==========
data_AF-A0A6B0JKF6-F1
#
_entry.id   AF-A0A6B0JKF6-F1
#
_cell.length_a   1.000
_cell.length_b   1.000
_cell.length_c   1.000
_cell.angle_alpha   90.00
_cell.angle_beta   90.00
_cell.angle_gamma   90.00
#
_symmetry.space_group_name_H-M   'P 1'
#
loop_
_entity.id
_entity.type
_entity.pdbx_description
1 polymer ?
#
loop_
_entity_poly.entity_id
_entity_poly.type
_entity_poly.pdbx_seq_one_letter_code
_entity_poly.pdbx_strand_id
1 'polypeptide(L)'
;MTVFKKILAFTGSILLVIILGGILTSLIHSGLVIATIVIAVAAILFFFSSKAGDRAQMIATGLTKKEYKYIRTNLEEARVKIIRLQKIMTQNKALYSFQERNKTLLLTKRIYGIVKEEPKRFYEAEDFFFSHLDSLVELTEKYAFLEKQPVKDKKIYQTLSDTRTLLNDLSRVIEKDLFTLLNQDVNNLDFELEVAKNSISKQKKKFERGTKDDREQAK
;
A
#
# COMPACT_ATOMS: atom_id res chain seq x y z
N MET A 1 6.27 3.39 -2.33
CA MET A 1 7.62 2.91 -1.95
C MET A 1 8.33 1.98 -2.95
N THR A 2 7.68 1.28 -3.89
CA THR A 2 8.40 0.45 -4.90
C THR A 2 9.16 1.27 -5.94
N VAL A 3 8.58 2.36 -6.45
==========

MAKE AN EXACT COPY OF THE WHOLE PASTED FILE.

data_AF-A0A6B0JKF6-F1
#
_entry.id   AF-A0A6B0JKF6-F1
#
_cell.length_a   1.000
_cell.length_b   1.000
_cell.length_c   1.000
_cell.angle_alpha   90.00
_cell.angle_beta   90.00
_cell.angle_gamma   90.00
#
_symmetry.space_group_name_H-M   'P 1'
#
loop_
_entity.id
_entity.type
_entity.pdbx_description
1 polymer ?
#
loop_
_entity_poly.entity_id
_entity_poly.type
_entity_poly.pdbx_seq_one_letter_code
_entity_poly.pdbx_strand_id
1 'polypeptide(L)'
;MTVFKKILAFTGSILLVIILGGILTSLIHSGLVIATIVIAVAAILFFFSSKAGDRAQMIATGLTKKEYKYIRTNLEEARVKIIRLQKIMTQNKALYSFQERNKTLLLTKRIYGIVKEEPKRFYEAEDFFFSHLDSLVELTEKYAFLEKQPVKDKKIYQTLSDTRTLLNDLSRVIEKDLFTLLNQDVNNLDFELEVAKNSISKQKKKFERGTKDDREQAK
;
A
#
# COMPACT_ATOMS: atom_id res chain seq x y z
N MET A 1 6.27 3.39 -2.33
CA MET A 1 7.62 2.91 -1.95
C MET A 1 8.33 1.98 -2.95
N THR A 2 7.68 1.28 -3.89
CA THR A 2 8.40 0.45 -4.90
C THR A 2 9.16 1.27 -5.94
N VAL A 3 8.58 2.36 -6.45